Monday, March 24, 2014

Living With Lies

When the actions of political elites are contrary to the interests of the masses, they are justified by lies. In failing states, such as the Soviet Union, lies become the standard coin of government communication.

Lies work in the short-run, but the public becomes cynical when they are told lies without end. In Russia, during the Soviet era, it was said that  in the state-owned newspaper Izvestiya (Russian for "news") there was no Pravda (Russian for "truth") and that in the state-owned newspaper Pravda there was no Izvestiya.

Today, the same lack of truth and significant information applies to, say, the New York Times and the Washington Post, which are not state-owned but, appropriately, in a plutocracy, largely or wholely owned by, respectively, Carlos Slim, one of the World's two or three wealthiest men, and Amazon's Jeff Bezos.

And as in Soviet Russia, the American public today has become cynical of government pronouncements. Thousands in Alaska have petitioned the White House for union with Russia, President Obama's approval rating in America is barely half that of President Putin's in Russia, and the British currently have a higher opinion of the Russian Federation than their own European Union.

But the American elite aren't giving up.  Crass Sunstein, former Obama information Tzar, husband of Samantha Power, America's UN envoy who recently auditioned to join the well-known Russian porno group, Pussy Riot, has a plan to keep the dolts deluded.

In his 2008 paper 'Conspiracy Theories' written with Adrian Vermeule, he proposed the following eminently reasonable measures:
  1. Government might ban conspiracy theorizing.
  2. Government might impose some kind of tax, financial or otherwise, on those who disseminate such theories.
  3. Government might itself engage in counter-speech, marshaling arguments to discredit conspiracy theories.
  4. Government might formally hire credible private parties to engage in counter-speech.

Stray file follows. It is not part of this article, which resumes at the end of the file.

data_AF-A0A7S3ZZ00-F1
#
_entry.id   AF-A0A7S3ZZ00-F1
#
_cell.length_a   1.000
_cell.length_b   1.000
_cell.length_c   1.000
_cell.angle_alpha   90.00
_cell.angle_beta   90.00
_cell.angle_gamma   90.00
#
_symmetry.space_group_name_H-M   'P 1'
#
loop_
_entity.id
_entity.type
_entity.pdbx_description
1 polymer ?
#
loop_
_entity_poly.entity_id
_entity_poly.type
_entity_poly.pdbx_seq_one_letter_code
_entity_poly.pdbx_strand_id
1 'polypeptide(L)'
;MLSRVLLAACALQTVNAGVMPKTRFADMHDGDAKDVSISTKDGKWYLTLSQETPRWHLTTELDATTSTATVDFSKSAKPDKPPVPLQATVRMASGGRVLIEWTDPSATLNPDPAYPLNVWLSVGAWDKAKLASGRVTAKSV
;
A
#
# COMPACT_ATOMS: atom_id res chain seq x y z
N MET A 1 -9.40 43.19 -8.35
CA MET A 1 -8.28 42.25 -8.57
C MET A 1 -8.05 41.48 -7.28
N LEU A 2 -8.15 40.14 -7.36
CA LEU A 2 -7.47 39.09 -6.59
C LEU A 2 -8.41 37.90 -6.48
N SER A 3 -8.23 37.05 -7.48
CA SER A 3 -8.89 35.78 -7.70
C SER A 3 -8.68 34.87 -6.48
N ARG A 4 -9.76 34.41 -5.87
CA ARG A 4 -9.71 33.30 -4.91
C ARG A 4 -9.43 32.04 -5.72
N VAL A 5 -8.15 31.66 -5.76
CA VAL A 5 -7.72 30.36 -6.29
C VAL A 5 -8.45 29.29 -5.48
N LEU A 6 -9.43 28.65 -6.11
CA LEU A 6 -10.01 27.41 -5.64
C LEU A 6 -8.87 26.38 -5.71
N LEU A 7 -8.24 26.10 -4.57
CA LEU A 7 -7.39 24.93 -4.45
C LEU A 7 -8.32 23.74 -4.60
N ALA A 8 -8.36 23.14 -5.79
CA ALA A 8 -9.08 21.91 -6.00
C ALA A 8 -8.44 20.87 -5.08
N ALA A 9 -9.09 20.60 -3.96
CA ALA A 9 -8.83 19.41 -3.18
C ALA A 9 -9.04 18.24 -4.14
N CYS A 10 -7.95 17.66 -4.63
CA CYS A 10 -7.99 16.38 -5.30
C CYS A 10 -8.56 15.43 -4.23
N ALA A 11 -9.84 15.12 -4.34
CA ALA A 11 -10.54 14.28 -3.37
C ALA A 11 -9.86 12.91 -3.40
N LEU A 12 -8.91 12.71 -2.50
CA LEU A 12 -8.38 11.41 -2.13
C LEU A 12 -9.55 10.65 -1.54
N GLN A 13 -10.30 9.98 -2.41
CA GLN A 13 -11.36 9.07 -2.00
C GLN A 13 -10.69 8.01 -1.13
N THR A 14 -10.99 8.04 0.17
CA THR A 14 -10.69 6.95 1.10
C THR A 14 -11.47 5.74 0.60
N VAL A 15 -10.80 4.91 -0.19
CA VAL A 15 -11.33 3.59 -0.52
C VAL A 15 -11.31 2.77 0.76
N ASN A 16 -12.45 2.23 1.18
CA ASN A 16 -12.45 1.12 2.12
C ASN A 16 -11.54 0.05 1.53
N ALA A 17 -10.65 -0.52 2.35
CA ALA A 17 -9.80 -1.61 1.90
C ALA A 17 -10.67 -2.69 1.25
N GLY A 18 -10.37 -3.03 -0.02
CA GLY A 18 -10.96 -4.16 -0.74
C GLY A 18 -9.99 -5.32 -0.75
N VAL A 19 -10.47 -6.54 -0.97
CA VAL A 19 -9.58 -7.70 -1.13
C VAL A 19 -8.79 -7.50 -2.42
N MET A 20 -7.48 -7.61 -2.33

5. Government might engage in informal communication with such parties, encouraging them to help."
But so far, nothing much has been done. And still people just don't believe half what Western governments tell them, whether it be about 9/11, the Sandy Hook Massacre or the Neo-Nazti coup against a legitimate democratically elected government in Ukraine. This stubborn skepticism has prompted Sunstein to further rumination, the unstated premise of which seems to be the one thing that the public at large does not accept: namely, that whatever the government says must be true.

From that assumption, the challenge is not to distinguish truth from falsehood in the public pronouncements of government, but merely how to treat the mental condition of conspiracy theorists. And to do that, says Sunstein, one must be wary about efforts to establish "the truth" as they may increase suspicion, which obviously will be the case if by "efforts to establish 'the truth'", one means banning conspiracy theories, taxing conspiracy theories, etc., etc.

But the good Harvard professor suggests something new: a means to manipulate the conspiracy theorist by "affirming, rather than attacking, their basic values and commitments," i.e., engaging in deception, since clearly the party attempting to force the government's line down the doubter's throat, and the truth be damned, does not share the doubter's basic values and commitments.